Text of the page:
For Brian’s full analysis of the AltraFWD Experience, check it out here.
Minute 5: Quick Intervals
Our fast friend and music aficionado, Rebecca Trachsel, received some fan mail here at SMM Global HQ. It seems that many of you appreciate not only her music choices, but also the lively writing style on her blog, Running With Music. (Rebecca’s account of guiding a blind runner through the torrential rains and winds of the 2018 Boston Marathon is a must-read for anyone who remembers that challenging day.) Anyway, back to the present, here is her latest recommendation: Today's song is 'Big 7' by Burna Boy, an Afro-beat artist from Nigeria. 'Big 7' is off his latest LP, "I Told them..." which was released this past August. I'd never heard of Burna Boy prior to discovering this new song but the guy is prolific and if you're into this sound he's actually got a total of seven albums to explore. I love his quote in Stereogum about this song in particular, "‘Big 7’ is a melodic tribute to embracing new heights in my musical journey." Amen to that! This song definitely takes me to new heights in my run journey every time it comes on. Check it out here. Play it loud! And as a bonus feature, Rebecca pulled together a mini Windy City-themed playlist as a tribute to everyone lacing it up at the Chicago Marathon this weekend. You can check out her new playlist here. #turnitup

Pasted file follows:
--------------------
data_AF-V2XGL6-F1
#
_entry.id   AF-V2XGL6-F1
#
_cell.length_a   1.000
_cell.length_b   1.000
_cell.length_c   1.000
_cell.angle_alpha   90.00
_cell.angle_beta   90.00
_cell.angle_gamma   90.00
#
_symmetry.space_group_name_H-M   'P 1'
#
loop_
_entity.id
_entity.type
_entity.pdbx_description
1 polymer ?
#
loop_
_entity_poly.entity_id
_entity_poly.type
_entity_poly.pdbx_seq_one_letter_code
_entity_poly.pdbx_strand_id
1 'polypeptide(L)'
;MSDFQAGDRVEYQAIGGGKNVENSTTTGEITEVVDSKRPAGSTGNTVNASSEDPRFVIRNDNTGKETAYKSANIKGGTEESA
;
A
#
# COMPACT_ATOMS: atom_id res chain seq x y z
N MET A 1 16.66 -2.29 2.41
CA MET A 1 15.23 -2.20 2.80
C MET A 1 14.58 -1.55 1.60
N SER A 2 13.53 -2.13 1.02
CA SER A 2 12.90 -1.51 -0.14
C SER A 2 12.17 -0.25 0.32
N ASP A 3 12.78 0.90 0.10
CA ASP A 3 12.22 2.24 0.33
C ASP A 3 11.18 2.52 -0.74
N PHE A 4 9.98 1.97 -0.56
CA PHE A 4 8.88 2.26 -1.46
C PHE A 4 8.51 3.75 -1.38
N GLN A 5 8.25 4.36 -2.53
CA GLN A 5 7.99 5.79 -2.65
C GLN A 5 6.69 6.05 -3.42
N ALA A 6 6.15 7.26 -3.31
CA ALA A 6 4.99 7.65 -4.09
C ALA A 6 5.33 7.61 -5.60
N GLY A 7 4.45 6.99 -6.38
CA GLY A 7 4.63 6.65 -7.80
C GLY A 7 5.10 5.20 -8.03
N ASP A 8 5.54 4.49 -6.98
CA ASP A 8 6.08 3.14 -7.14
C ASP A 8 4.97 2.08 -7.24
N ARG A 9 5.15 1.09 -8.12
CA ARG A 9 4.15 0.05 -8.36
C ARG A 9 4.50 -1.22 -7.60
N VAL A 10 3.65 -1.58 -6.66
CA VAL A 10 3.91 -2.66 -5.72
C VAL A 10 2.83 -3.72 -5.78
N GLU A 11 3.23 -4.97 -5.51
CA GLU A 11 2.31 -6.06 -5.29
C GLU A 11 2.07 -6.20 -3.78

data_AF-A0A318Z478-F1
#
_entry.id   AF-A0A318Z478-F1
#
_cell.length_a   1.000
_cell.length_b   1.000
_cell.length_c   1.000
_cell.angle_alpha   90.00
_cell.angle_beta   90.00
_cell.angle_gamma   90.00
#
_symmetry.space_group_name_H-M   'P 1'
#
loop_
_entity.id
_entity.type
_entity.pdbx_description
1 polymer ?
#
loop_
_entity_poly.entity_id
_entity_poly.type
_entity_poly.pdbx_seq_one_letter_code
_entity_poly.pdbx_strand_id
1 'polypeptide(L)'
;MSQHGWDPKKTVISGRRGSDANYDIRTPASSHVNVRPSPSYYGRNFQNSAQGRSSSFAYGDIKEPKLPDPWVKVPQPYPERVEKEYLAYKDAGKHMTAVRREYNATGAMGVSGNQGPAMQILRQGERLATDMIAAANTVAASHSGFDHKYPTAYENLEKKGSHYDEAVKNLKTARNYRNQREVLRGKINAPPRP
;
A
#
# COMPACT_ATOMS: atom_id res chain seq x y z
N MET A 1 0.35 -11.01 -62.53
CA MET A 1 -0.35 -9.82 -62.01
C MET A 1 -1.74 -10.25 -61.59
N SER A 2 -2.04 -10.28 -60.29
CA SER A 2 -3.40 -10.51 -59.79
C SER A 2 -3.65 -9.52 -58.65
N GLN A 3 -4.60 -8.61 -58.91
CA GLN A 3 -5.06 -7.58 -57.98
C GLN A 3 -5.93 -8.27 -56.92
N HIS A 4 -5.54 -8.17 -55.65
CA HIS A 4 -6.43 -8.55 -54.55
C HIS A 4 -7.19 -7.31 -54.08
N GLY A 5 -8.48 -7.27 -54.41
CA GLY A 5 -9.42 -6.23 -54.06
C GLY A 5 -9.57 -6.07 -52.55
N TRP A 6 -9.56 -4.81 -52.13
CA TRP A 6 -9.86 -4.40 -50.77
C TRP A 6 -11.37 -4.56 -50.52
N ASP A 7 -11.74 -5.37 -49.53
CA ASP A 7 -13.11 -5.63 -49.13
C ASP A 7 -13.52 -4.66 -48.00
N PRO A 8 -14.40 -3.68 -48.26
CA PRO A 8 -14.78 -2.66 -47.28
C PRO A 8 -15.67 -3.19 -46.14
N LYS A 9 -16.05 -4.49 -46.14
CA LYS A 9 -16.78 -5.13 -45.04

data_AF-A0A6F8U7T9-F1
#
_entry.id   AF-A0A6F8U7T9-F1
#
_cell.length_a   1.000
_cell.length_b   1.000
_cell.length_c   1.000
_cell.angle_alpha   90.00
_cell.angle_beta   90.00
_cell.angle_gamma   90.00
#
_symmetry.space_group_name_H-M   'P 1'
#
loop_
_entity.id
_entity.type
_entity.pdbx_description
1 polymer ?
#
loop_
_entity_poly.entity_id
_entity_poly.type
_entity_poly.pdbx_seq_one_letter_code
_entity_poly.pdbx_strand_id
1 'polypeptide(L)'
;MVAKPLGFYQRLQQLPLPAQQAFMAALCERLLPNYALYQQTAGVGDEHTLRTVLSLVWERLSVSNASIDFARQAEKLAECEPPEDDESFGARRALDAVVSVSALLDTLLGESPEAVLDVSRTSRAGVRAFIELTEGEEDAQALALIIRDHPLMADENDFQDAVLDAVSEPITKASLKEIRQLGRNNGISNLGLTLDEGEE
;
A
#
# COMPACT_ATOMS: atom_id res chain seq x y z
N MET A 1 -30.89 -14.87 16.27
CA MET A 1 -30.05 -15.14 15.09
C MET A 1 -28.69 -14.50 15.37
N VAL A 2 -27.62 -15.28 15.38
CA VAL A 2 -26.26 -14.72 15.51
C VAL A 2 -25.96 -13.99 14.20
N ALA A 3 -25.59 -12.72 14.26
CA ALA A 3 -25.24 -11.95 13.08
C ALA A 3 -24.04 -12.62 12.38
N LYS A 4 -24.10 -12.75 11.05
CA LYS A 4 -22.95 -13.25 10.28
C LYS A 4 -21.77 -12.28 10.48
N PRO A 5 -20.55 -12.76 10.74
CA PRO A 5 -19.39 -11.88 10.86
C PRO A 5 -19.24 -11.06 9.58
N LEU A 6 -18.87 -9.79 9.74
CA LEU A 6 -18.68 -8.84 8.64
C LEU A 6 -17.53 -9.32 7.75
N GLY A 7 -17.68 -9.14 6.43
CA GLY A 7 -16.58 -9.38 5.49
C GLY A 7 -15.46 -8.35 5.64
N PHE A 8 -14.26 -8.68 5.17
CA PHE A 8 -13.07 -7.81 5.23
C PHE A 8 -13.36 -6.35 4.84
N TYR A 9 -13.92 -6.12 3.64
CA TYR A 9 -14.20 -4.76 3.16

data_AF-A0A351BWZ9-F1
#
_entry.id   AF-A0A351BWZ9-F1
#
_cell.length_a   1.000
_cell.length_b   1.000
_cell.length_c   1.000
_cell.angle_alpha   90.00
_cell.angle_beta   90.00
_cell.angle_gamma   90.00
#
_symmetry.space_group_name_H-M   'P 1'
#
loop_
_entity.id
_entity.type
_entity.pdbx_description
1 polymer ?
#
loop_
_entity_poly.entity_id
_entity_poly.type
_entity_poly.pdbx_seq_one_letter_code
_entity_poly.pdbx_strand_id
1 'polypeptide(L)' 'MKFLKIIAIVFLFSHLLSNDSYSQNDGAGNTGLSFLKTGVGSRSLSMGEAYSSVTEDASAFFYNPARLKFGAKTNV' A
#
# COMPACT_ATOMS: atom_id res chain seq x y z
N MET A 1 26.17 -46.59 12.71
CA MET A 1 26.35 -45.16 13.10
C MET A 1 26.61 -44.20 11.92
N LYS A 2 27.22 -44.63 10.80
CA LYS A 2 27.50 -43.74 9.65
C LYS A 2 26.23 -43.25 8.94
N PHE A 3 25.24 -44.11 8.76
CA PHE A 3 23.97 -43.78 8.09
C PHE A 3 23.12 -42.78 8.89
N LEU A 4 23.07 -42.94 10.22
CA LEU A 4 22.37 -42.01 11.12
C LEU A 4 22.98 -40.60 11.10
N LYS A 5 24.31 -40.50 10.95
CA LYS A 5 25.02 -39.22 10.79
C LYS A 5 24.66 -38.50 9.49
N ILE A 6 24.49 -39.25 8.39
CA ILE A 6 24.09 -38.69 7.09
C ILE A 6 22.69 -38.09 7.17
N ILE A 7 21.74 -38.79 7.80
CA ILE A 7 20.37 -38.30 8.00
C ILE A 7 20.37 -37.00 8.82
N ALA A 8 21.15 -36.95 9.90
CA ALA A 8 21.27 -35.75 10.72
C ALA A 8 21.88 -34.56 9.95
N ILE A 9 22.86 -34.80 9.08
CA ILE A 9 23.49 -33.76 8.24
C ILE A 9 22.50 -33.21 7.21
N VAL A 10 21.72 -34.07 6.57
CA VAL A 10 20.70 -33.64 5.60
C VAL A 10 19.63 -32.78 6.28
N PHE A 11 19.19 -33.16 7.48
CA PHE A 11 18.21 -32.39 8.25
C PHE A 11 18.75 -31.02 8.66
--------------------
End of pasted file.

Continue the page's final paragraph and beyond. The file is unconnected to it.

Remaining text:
Here’s a new one to add to your running dictionary: “plogging.” It sounds silly, but don’t let the name fool you. Plogging can bring serious benefits for both you and your community. That’s because it’s the combination of picking up litter and jogging, and if you want to learn how to plog like a pro, check out this new piece from Runstreet: “I Tried Plogging: Here's How to Do It.”
Plyometric boxes might be the most rudimentary piece of exercise equipment out there. It's just a wooden box, after all. But when you see someone using them in action, it can actually be pretty exciting. Plyo exercises help runners build explosiveness, balance, and coordination, and if you want to hop on this trend yourself, try some of “The Best Plyo Boxes for Jumping to New Heights, Tested by Our Experts.”
Caffeine can be a useful tool to improve energy and focus, but not all sources are equally safe. We’re looking at you, energy drinks. It seems like every day, a new brand launches a product to tame our energy fix, but it’s worth noting that these drinks aren’t without risk. To see the pros and cons of energy drinks, read: “What Happens to Your Body When You Drink Energy Drinks Every Day.”
Minute 6: Daily Inspiration
If you’ve spent any time on the “running influencer” side of social media, there’s a good chance you’ve left feeling a bit inadequate. Unfortunately, a lot of these folks are content to post unrealistic standards and exaggerated reports of their performance, and it can be a buzzkill for your self-confidence. That’s why we’d like to thank @run_sabrina for bringing things back down to earth and poking a little fun at the more egregious offenders of the “runfluencer” lifestyle. Her video gives a hilarious side by side of what gets posted vs. the reality of what most runs are actually like.